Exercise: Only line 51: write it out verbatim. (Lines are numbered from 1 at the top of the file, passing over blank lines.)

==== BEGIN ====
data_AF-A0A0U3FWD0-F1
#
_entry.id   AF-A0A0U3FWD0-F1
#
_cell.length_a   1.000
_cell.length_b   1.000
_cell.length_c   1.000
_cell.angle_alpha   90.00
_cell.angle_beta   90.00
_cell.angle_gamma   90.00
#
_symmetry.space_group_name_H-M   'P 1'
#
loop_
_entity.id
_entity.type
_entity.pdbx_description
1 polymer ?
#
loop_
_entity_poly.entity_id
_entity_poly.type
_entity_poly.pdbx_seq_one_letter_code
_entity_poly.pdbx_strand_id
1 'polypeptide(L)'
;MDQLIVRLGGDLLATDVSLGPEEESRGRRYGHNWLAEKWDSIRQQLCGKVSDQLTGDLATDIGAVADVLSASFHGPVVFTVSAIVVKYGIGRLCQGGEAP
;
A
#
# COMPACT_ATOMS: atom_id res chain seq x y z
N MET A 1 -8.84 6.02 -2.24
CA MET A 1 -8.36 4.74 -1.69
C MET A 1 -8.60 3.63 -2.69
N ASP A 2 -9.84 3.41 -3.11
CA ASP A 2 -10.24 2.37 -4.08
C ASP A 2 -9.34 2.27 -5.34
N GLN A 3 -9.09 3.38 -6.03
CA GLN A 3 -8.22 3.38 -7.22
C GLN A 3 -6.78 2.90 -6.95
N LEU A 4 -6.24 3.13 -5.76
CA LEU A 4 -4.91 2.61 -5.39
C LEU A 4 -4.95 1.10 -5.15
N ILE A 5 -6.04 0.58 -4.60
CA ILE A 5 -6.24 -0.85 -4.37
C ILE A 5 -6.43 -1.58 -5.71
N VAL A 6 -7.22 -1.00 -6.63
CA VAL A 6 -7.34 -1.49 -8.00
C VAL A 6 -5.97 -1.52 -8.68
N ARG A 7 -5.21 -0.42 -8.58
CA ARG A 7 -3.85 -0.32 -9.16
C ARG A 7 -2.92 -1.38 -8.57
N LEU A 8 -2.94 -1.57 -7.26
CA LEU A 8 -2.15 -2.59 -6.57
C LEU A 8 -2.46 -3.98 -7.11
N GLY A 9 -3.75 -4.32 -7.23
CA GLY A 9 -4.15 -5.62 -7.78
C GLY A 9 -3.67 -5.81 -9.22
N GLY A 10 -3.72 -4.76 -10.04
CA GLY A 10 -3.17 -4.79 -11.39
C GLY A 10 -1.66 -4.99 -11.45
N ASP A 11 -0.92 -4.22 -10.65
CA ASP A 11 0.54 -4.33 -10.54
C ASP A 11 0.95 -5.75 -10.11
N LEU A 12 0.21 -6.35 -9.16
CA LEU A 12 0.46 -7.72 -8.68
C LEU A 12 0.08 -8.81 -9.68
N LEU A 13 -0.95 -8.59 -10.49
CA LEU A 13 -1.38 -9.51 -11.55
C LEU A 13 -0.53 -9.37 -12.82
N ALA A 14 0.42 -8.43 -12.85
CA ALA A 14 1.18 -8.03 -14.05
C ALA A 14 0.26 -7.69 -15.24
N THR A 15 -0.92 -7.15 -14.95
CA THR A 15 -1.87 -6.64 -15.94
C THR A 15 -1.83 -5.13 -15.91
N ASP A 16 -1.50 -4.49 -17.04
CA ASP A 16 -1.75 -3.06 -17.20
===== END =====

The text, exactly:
C ARG A 7 -2.92 -1.38 -8.57